Striking charter school teachers fight for better, more humane schools
Chicago Teachers Union members at Acero charter schools made history this week, launching the first charter school strike in the nation’s history. More than 500 teachers and support staff at Acero’s 15 schools have been in contract negotiations for over six months and have been working without a contract since early October, when their previous agreement expired.
On Dec. 4, Acero teachers, paraprofessionals, and supporters from across Chicago put on their warmest winter gear, hoisting signs and walking picket lines in the below-freezing weather. CTU member Andy Crooks said the strike comes down to a philosophical difference between Acero’s management and its staff: “What we are arguing is that we have students in our classrooms, and what Acero is telling us is those students are dollar signs. And they need the dollars, and we need the time with our students.”
With more than 98 percent of the membership voting to authorize a strike, Acero educators are putting themselves on the line in the fight for equal pay for equal work; better compensation, treatment, and career opportunities for paraprofessionals; smaller class sizes; and more resources to support children with special needs.
“We all know that the secret to a vibrant, strong school community is a strong education force at the front of the classroom, and kids getting the resources they need,” AFT President Randi Weingarten said when she joined Acero staff on the picket line Tuesday. “Charter school educators want the same thing every parent and every teacher wants for their kids—for every kid, no matter where they live or go to school: the resources and attention to get a quality education and prepare them to be engaged citizens of the world.”
While UNO/Acero CEO Richard Rodriguez earns more per year than Chicago Public Schools CEO Janice Jackson, the educators at UNO/Acero work hundreds of hours more than CTU members in district schools, for an average of $13,000 less per year. Paraprofessionals—whom Acero teachers call “the backbone of our school communities”—earn even less. These stark discrepancies have become a bargaining flashpoint, with Acero educators shining a light on the fact that, while charter schools collect 8 percent more per student in funding than CPS schools, the high per-pupil funding is not translating into more investment in classrooms and students.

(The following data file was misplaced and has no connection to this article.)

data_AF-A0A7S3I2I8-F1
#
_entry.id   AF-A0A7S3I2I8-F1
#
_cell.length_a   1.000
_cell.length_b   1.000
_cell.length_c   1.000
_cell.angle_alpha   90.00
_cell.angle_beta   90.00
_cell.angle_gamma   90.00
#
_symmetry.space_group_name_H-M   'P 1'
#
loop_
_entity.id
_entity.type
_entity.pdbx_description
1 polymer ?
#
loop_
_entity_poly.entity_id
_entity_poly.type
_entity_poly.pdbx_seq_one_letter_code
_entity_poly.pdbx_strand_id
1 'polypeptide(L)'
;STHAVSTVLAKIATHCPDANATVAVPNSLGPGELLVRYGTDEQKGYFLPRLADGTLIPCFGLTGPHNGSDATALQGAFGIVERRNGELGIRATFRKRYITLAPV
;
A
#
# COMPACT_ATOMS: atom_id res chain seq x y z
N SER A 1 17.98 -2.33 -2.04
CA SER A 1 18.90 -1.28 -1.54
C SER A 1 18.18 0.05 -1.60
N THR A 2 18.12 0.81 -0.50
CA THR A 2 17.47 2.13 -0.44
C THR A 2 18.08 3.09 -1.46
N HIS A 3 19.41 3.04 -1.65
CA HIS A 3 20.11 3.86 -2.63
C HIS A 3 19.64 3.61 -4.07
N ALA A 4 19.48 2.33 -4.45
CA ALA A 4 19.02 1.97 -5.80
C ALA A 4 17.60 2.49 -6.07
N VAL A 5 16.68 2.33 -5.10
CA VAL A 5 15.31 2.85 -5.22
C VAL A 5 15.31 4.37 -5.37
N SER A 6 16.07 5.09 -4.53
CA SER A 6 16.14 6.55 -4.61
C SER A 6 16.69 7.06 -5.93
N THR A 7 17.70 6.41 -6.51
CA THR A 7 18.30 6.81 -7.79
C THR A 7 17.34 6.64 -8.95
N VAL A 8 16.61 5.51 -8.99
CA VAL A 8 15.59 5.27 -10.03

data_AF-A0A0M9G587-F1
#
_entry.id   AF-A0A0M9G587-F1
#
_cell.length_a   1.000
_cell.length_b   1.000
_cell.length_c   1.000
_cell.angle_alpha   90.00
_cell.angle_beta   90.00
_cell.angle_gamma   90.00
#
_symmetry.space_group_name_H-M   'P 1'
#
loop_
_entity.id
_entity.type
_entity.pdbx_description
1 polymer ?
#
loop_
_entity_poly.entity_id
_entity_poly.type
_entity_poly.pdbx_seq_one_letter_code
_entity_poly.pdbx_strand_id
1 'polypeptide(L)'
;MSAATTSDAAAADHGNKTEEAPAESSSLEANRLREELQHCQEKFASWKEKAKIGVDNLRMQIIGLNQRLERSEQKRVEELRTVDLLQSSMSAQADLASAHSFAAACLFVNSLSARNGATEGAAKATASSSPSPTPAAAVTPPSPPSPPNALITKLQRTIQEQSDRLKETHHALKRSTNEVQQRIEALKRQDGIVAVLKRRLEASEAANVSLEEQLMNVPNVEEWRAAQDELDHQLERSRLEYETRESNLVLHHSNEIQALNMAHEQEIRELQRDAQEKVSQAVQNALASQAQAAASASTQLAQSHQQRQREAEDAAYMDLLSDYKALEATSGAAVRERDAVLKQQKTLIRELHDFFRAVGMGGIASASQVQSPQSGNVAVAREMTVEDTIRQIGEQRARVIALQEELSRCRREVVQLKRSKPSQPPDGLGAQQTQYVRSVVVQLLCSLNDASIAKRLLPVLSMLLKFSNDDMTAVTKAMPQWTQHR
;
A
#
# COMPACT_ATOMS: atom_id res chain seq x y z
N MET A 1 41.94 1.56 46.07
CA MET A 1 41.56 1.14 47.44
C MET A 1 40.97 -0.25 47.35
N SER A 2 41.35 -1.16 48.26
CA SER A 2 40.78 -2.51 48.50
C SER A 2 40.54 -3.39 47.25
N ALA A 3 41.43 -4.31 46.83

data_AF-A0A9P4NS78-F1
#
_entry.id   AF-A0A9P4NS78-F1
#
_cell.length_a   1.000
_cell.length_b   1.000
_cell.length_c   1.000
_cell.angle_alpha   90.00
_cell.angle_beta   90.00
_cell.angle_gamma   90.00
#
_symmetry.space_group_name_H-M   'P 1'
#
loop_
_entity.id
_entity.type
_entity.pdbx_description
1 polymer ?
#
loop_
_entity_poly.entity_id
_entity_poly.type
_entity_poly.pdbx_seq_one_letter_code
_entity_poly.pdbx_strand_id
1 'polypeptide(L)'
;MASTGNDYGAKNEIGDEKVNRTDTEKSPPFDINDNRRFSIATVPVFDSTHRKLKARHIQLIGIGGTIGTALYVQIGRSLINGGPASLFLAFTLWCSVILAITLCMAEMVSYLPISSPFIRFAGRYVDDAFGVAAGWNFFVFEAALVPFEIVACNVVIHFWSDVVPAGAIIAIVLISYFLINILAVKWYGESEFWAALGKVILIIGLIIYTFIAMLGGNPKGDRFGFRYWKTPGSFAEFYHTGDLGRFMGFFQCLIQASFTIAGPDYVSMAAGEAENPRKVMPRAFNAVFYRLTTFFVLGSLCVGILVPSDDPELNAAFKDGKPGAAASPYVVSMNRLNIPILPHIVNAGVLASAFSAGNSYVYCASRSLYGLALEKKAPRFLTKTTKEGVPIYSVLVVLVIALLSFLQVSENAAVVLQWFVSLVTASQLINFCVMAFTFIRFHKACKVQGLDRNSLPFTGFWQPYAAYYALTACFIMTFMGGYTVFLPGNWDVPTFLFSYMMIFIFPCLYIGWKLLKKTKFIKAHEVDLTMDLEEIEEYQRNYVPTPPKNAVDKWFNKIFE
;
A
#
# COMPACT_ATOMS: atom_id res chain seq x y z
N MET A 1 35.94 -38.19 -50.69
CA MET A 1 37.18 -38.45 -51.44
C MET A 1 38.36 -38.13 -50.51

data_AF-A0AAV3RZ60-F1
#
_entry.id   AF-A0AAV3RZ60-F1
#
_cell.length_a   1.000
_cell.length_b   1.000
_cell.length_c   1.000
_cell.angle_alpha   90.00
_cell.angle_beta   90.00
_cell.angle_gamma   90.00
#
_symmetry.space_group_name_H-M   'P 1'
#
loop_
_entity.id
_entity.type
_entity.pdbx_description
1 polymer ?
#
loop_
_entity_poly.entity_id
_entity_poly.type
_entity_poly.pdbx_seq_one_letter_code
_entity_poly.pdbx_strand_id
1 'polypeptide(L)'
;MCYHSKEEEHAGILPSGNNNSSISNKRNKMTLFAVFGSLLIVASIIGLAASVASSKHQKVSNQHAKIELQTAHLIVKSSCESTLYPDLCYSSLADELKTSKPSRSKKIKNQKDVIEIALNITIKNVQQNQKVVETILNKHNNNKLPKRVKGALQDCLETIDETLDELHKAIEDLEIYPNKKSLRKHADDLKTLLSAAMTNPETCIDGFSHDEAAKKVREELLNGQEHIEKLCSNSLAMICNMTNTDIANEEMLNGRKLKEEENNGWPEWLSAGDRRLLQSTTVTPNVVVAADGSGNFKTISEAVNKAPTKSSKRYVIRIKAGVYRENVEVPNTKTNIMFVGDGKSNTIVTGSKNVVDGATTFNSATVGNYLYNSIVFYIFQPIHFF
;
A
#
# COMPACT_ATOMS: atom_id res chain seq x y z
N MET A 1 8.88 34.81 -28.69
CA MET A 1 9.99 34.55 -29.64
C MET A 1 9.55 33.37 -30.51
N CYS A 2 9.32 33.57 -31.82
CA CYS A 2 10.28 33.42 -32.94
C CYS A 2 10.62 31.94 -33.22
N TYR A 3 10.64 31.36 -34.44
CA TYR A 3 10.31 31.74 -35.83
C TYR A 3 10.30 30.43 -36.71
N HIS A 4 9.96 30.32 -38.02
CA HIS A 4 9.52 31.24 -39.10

CTU is also demanding true sanctuary schools for UNO/Acero’s overwhelmingly Latino students, as well as a commitment to hire and cultivate more Latino or Spanish-speaking educators. This includes providing paraprofessionals—whom management call “apprentices”—with a supportive path to the role of classroom teacher, and making a concerted effort to hire more teachers of color.
As fourth-grade teacher Yecenia Iturve told the Chicago Sun-Times, “Being a sanctuary school means that our students, and their family, have a safe place to come to. Our students need to know this is a safe place for them. With the way national politics are going, I think it’s necessary for this kind of language and protection to be in our contracts.”
“Management had the power to settle a contract tonight,” said CTU President Jesse Sharkey on the eve of the strike. “Instead they offered us more of the status quo that has plagued the charter industry for years. We will be on the picket line until they come back with an offer that respects our students and the people who educate them.”
Speaking to Acero educators on the picket line, Weingarten thanked teachers and paraprofessionals for standing up for their students, and said that charter school educators are joining the chorus of teachers and education professionals who have spoken out this year and won: “This strike isn’t about this one school, it’s about this entire model and how we set the stage for more accountability and better teaching and learning conditions in the charter school industry overall,” said Weingarten.
Negotiations continued Dec. 4 as Acero staff prepared for another cold day united in protest. All eyes are on Chicago, and AFT members from around the country are sending solidarity and support to their striking brothers and sisters. You can show your support by sending a letter to Acero, following the CTU Facebook page, and joining the conversation with @AFTUnion on Twitter, using the hashtag #ctuactsstrike.
[Leilah Mooney Joseph]